Which Joe gave his name to ‘sloppy joes’? We look at five interesting sandwiches and their lexical origins.
adverb & adjective
Used to express a conclusion for which there is stronger evidence than for a previously accepted one.as adverb ‘they reject all absolute ideas of justice, and a fortiori the natural-law position’
- ‘What then is the conclusion which in true a fortiori fashion is supposed to follow resoundingly from the weaker premise?’
- ‘Were it not so, we should have required the a fortiori reasoning for the third degree only.’
- ‘In this way the connexive concept of implication accounts for a necessary presupposition of all conditional and a fortiori logical orientation.’
- ‘There is a fortiori no meaningful content to the ‘proposition’ that such a distance has changed and still more so no meaningful content to the ‘proposition’ that such a distance is changing either at a uniform or at a non-uniform rate’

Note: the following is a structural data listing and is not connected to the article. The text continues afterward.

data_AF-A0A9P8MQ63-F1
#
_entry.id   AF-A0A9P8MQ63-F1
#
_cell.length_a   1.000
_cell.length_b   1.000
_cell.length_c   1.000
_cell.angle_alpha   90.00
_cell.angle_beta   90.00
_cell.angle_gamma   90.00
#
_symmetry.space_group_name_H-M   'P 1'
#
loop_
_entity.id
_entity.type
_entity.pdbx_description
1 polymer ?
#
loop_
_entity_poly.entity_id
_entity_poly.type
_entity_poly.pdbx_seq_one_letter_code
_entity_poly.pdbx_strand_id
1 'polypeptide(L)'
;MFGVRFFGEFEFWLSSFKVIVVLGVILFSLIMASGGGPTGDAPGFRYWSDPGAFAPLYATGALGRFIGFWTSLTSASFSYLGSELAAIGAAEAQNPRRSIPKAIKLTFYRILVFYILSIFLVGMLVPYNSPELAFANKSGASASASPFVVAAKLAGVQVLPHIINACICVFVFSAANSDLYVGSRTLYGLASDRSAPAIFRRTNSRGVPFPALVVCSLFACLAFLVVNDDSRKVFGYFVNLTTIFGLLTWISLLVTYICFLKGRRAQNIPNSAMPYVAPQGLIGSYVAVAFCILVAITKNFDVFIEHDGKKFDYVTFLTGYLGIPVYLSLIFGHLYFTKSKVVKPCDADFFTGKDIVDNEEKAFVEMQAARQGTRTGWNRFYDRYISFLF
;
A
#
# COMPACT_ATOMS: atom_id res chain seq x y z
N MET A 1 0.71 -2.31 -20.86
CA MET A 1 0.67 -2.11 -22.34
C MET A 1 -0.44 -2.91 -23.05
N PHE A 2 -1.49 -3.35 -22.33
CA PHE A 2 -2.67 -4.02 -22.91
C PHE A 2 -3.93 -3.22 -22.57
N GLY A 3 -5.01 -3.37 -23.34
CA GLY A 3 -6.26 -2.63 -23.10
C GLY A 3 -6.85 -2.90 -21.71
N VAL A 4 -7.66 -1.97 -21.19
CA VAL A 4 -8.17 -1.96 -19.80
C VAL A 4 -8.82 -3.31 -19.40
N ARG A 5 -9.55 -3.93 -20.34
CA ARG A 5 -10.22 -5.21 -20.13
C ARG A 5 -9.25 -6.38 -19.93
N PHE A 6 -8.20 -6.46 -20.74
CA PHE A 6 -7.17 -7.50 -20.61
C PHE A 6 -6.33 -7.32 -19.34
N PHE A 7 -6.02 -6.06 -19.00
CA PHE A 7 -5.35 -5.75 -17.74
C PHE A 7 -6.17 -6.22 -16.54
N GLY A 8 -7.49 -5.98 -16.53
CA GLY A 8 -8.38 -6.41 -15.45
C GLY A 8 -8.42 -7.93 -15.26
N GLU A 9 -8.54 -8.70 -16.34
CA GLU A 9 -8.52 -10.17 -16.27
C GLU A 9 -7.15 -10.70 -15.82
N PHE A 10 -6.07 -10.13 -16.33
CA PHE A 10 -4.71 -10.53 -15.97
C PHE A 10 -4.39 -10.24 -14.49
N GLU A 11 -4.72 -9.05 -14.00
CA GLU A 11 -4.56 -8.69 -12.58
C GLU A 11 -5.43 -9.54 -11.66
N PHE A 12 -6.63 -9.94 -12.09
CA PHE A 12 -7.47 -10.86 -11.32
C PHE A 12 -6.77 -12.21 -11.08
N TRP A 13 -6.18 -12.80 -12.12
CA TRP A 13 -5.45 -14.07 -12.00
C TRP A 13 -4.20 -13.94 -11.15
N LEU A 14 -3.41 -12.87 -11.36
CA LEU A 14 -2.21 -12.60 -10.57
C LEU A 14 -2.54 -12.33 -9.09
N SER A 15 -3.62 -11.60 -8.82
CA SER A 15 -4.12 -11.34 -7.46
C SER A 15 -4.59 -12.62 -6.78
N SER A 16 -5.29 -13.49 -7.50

- ‘That's an argument a fortiori: If something less likely is true, then something more likely will probably be true as well.’
Early 17th century: Latin, from a fortiori argumento ‘from stronger argument’.
We take a look at several popular, though confusing, punctuation marks.
From Afghanistan to Zimbabwe, discover surprising and intriguing language facts from around the globe.
The definitions of ‘buddy’ and ‘bro’ in the OED have recently been revised. We explore their history and increase in popularity.